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Car system for external object detection

20 Thousand Leagues was tasked with building an object detection system as part of Advanced Driver-Assistance System. The solution is aimed at cars which do not have an object detection system of their own, as it would reduce the risks associated with the use of otherwise good vehicles. 

Challenge

Object detection needs to differentiate between possible dangers, such as cars, trams, pedestrians, cyclists. To warn about a possible accident, the should recognize signs, road markings, and traffic lights. A bad read on them often causes crashes, so the system needs to tell where those choke points are.

As an external product, the object detection system has to be financially worth implementing. This requires software that is not demanding on the computing power of cameras installed in cars.

Object detection should tell cars from motorcycles, people from animals, road signs from buildings. All with light software.

Machine learning taught the system how to differentiate between objects. Computer vision is employed to spot them and warn the driver.

Car-sharing companies may run their cars for longer. Freight transportation is more secure.

Solution

Our system employs computer vision to classify objects based on their features, much like humans do. Head, body, and four limbs with only two designed for walking make a human. Multiple doors, side mirrors, a registration plate, and least one human in this moving box make a car. Motorcycles are not that different, and the lack of side mirrors would indicate we are dealing with a bicycle.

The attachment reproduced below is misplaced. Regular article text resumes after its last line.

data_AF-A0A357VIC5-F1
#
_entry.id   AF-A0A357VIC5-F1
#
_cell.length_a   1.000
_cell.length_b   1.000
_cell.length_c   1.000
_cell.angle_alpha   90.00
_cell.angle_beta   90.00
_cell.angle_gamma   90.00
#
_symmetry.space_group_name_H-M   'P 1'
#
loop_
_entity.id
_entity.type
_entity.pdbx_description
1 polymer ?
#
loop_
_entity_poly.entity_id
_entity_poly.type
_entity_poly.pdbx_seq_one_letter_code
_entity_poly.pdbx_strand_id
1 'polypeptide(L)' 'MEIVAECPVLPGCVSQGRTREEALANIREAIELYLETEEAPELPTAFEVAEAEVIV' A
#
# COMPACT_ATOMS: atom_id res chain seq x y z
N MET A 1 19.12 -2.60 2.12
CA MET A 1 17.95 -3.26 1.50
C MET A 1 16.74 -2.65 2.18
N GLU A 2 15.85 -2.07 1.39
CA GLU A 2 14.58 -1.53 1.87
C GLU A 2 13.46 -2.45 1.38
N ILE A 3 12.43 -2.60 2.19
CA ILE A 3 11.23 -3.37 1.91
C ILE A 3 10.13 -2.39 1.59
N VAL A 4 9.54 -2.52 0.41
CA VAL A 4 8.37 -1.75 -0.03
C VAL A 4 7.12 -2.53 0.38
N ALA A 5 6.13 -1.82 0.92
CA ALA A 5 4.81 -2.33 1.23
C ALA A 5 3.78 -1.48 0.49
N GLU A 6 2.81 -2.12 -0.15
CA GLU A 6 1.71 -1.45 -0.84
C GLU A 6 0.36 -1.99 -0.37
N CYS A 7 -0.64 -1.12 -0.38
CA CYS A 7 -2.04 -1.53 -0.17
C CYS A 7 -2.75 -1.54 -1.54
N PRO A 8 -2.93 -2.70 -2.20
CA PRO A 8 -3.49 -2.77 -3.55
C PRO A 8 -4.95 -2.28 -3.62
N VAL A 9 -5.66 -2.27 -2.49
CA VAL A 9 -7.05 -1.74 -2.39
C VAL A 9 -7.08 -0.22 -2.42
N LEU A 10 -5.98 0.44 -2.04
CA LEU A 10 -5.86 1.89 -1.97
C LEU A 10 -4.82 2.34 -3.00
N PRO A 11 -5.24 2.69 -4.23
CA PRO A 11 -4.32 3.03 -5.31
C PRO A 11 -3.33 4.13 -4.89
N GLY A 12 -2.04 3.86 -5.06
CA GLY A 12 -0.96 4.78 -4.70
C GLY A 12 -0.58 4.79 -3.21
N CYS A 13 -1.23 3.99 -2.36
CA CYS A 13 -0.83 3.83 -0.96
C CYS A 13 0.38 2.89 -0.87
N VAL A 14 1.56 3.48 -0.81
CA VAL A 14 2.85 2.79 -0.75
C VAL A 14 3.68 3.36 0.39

Machine learning methods were used to make the system recognize what is what and who is who. The algorithm behind the system went through thousands of photos, and constant adjustments from engineers made it precise enough for real-life use. Unlike humans, it can’t be distracted and it does not get tired.

The system is built with low calculating power in mind. It is based on Python, and Mask R-CNN was the model for machine training. The load is negligible because while assessing the situation in real-time, our solution doesn’t have to handle more than one image at a time.

Building software is a team sport. Without proper coordination, communication and verification; you’ll end up with a sub-par product and a whole bunch of people dissatisfied. This is also why we at 20kL are frank, upfront, transparent and direct with our customers.
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Simon Kaastrup-Olsen
Chief Executive Officer

Results

As the solution was ordered by an IT company rather than a car manufacturer, it has been further redistributed to other businesses. This includes a large car-sharing company that uses the object detection system to lower the number of client-caused accidents and avoid downtime on cars involved in those accidents.

The system can also be used in freight transport. An operator with our solution installed in their trucks has had an increase in clients looking to outsource their logistics.

Technology: Computer Vision, Machine Learning
Tools and framework: Python, Mask R-CNN

We want to build the best software we can, we do that by working with our customers by asking lots of questions, visualising every possible bit, transparent coordination and no delayed decisions.
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Simon Kaastrup-Olsen
Chief Executive Officer

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